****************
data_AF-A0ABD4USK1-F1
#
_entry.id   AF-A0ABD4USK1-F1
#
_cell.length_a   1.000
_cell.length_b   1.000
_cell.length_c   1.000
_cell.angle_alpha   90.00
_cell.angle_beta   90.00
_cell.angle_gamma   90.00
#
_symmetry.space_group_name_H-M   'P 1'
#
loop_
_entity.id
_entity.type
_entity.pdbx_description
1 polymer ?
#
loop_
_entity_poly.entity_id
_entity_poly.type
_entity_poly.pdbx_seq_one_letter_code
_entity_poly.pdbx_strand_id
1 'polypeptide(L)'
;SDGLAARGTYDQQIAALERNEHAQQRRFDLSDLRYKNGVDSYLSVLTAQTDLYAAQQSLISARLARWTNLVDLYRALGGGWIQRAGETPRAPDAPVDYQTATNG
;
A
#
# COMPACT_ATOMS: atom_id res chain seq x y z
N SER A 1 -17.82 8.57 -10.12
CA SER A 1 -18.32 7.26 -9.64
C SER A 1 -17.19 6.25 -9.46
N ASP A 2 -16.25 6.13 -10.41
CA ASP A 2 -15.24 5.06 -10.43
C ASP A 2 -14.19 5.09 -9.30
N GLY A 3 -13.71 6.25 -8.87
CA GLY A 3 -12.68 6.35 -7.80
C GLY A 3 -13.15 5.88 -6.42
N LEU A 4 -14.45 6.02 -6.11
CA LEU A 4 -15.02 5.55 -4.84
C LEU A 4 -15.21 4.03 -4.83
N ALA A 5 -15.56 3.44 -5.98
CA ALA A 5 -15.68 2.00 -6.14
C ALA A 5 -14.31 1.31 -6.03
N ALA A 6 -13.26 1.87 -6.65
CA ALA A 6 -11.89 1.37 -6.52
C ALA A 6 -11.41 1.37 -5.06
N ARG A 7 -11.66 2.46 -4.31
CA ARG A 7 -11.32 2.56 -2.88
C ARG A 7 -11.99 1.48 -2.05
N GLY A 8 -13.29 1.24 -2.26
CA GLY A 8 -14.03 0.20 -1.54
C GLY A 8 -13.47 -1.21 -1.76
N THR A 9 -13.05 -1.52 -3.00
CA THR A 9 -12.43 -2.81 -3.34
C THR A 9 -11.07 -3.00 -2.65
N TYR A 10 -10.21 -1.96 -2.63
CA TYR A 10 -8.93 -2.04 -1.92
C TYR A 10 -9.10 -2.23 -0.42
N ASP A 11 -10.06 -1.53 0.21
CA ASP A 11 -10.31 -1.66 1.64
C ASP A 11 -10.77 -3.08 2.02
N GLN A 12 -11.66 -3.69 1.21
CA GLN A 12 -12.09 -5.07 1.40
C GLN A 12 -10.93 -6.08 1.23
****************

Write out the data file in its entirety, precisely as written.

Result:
data_AF-A0ABD4USK1-F1
#
_entry.id   AF-A0ABD4USK1-F1
#
_cell.length_a   1.000
_cell.length_b   1.000
_cell.length_c   1.000
_cell.angle_alpha   90.00
_cell.angle_beta   90.00
_cell.angle_gamma   90.00
#
_symmetry.space_group_name_H-M   'P 1'
#
loop_
_entity.id
_entity.type
_entity.pdbx_description
1 polymer ?
#
loop_
_entity_poly.entity_id
_entity_poly.type
_entity_poly.pdbx_seq_one_letter_code
_entity_poly.pdbx_strand_id
1 'polypeptide(L)'
;SDGLAARGTYDQQIAALERNEHAQQRRFDLSDLRYKNGVDSYLSVLTAQTDLYAAQQSLISARLARWTNLVDLYRALGGGWIQRAGETPRAPDAPVDYQTATNG
;
A
#
# COMPACT_ATOMS: atom_id res chain seq x y z
N SER A 1 -17.82 8.57 -10.12
CA SER A 1 -18.32 7.26 -9.64
C SER A 1 -17.19 6.25 -9.46
N ASP A 2 -16.25 6.13 -10.41
CA ASP A 2 -15.24 5.06 -10.43
C ASP A 2 -14.19 5.09 -9.30
N GLY A 3 -13.71 6.25 -8.87
CA GLY A 3 -12.68 6.35 -7.80
C GLY A 3 -13.15 5.88 -6.42
N LEU A 4 -14.45 6.02 -6.11
CA LEU A 4 -15.02 5.55 -4.84
C LEU A 4 -15.21 4.03 -4.83
N ALA A 5 -15.56 3.44 -5.98
CA ALA A 5 -15.68 2.00 -6.14
C ALA A 5 -14.31 1.31 -6.03
N ALA A 6 -13.26 1.87 -6.65
CA ALA A 6 -11.89 1.37 -6.52
C ALA A 6 -11.41 1.37 -5.06
N ARG A 7 -11.66 2.46 -4.31
CA ARG A 7 -11.32 2.56 -2.88
C ARG A 7 -11.99 1.48 -2.05
N GLY A 8 -13.29 1.24 -2.26
CA GLY A 8 -14.03 0.20 -1.54
C GLY A 8 -13.47 -1.21 -1.76
N THR A 9 -13.05 -1.52 -3.00
CA THR A 9 -12.43 -2.81 -3.34
C THR A 9 -11.07 -3.00 -2.65
N TYR A 10 -10.21 -1.96 -2.63
CA TYR A 10 -8.93 -2.04 -1.92
C TYR A 10 -9.10 -2.23 -0.42
N ASP A 11 -10.06 -1.53 0.21
CA ASP A 11 -10.31 -1.66 1.64
C ASP A 11 -10.77 -3.08 2.02
N GLN A 12 -11.66 -3.69 1.21
CA GLN A 12 -12.09 -5.07 1.40
C GLN A 12 -10.93 -6.08 1.23